That put me back in everything for the day, which is okay, since it got done, just in a different time frame. I can’t be too tightly scheduled here, because everything runs on its own time.

Got some excellent writing done in the morning, especially on an outline for a piece whose characters and situations have been rolling around in my head since late August. It started to come together.

Had to go to CVS to try and negotiate my mom’s thyroid medication, since the insurance problems are still ongoing. The pharmacist who helped us before managed to pull the prescription from the Cape CVS and get a 90-day refill at a price I could afford. Thank goodness.

Dropped off books at the library. Came home and discovered a check from a client – more than double what I expected, which is great, because it takes off the pressure for end-of-month bills.

Got out a couple of LOIs.

Tried to work on “A Rare Medium” during the Sundance Collab time, but I absolutely lost the thread of where I was going with the next scene. Even though I have notes. I was completely baffled.

This is why I need to work every day on the first draft of something until it’s done, and not in fits and starts. I have to block out time to work on this play every day, even if it’s only a short session. I was so frustrated with myself.

Wrote up three script coverages in the afternoon, and read three scripts at night.

Charlotte woke me up this morning at 1 AM. She wanted cuddles and playtime. She was sweet and purry, but it was one a.m. I got her settled and dozed off again. Then, Tessa woke me at 3:27 with her howling. I grabbed the featherbed and moved to the couch, got her settled, and dozed off again. Willa woke me at 6:30, because she was Very Hungry and I was late feeding them.

Sigh.

Working on the outline this morning, for the piece that’s coming together, and then, hopefully, finishing the outline for CAST IRON MURDER. I want it to marinate (no pun intended, since there’s a lot of cooking in the piece) before I start writing next Monday. I will also block off some time to work on “A Rare Medium” and read over the source material, as well as working on the next scene. I have script coverage to write up, and more scripts to read.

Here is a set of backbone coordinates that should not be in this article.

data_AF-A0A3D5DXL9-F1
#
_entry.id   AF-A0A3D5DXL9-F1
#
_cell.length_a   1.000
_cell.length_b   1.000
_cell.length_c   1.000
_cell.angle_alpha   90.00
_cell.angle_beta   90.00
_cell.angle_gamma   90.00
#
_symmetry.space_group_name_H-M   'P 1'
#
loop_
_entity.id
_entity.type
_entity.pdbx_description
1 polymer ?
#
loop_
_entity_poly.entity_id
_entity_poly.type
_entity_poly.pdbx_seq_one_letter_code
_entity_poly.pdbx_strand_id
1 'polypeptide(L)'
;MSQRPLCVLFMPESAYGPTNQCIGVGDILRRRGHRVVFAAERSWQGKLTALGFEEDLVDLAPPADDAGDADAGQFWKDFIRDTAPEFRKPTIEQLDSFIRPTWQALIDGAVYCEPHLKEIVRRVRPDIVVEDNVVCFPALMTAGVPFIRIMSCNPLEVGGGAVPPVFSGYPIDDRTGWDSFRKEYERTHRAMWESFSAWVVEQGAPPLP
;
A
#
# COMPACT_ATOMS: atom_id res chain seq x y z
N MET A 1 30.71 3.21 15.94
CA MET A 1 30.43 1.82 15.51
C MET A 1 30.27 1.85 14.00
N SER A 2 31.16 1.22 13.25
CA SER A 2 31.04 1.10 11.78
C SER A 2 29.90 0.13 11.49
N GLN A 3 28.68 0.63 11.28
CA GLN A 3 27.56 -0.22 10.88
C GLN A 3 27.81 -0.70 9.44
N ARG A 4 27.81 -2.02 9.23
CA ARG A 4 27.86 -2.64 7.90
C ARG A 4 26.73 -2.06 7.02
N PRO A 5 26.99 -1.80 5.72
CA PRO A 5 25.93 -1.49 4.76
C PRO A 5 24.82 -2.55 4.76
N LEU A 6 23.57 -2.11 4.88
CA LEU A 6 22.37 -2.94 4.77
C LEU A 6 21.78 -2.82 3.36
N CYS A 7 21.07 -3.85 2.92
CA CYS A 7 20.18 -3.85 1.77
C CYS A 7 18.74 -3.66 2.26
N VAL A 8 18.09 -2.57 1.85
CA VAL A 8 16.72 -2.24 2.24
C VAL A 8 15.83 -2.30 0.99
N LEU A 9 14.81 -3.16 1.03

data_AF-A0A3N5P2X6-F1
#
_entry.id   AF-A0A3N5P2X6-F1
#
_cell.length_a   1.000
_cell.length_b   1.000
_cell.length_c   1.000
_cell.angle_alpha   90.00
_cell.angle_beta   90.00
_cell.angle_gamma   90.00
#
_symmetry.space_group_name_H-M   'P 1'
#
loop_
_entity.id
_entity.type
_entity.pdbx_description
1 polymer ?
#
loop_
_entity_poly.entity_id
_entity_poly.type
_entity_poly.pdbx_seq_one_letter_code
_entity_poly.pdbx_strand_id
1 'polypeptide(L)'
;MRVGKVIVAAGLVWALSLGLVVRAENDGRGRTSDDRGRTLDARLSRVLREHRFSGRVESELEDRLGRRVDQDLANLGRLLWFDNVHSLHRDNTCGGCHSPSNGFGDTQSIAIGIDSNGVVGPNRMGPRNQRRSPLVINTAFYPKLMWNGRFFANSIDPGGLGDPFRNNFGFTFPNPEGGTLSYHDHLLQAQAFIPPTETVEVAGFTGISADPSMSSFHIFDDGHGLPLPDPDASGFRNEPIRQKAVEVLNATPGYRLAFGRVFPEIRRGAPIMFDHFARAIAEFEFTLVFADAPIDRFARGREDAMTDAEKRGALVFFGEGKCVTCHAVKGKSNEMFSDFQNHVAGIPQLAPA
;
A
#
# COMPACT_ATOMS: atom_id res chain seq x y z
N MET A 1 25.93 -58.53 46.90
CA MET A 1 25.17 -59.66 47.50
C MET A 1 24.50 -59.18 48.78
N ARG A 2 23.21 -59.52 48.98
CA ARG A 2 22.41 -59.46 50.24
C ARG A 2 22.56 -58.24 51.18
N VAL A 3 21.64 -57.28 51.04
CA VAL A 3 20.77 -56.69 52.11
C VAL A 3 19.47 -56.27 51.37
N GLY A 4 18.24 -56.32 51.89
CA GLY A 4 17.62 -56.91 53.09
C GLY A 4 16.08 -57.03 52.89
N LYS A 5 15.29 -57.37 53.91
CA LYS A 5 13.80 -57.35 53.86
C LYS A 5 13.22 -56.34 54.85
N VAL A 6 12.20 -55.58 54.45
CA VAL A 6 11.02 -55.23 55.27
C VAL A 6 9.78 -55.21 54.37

I’ve done the meal planning for my friend’s visit this weekend; what we actually get up to (other than the Samhain celebration and giving out candy to Trick or Treaters), we will somehow play by ear, because so much depends on the weather. But it will be a lot of fun. Our first houseguest since before the pandemic, which means it’s a little over two years since I’ve seen my friend in person. My mom’s triple vaxxed, and my friend and I are both double vaxxed. Plus, we all still take precautions, so, fingers crossed, it will be okay.

Time to get back to the page.

Published in: on October 26, 2021 at 7:26 am  Comments Off on Tues. Oct. 26, 2021: Ruled By Cats (and Words)  
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Tues. July 27, 2021: Attacking the New Week

image courtesy of Andreas Lischka via pixabay.com

Tuesday, July 27, 2021

Waning Moon

Pluto, Saturn, Jupiter, Neptune, Chiron Retrograde

Sunny and humid

It was, all considered, a pretty good weekend. I was finished with the work that HAD to be done by noon on Friday, and gave myself time to rest and read. Claire Cook’s newest book arrived, and I settled in with that.

I wandered down the street in the afternoon to visit Cinnamon Girl Apothecary, and introduced myself to the owner. We had a nice chat (both masked because hey, indoors, and we’re not idiots, even though we’re both vaxxed), and I bought a new tarot deck and a blue onyx crystal as my Lammas gift to myself for next week. Not playing with the deck until August 1 is a challenge.

Up early Saturday. Spent a good portion of the day cleaning out the laundry room and organizing it so it’s a workable space. It’s nice and neat and almost where we need it to be; at least it’s useful now, and not just a place to dump stuff we don’t know where to put. Got some more kitchen boxes unpacked. Rearranged some stuff.

Juliet Blackwell’s newest book arrived Saturday, along with our sheets, and my 2022 calendars. As soon as I was finished with the laundry room, I started reading SYNCHRONIZED SORCERY.

Sunday, it rained again, so it was mostly a rest day. We dashed out to Stop & Shop for a few things, which turned into more things. But it was reading and resting, and then I cooked chicken with leeks and mushrooms, and made leek stock with the leftover leaves, et al, from the leeks.

I shouldn’t have tossed ALL my empty glass jars; I need some of them now.

For a decade on Cape Cod, I was so conscientious about recycling. We recycled 80%. And you know what? We were punished for it. Constant rate hikes. Towns should not charge residents for recycling. It should be unlimited and free. Barnstable’s whine that “they have to pay for it” – so the fuck what? We pay taxes.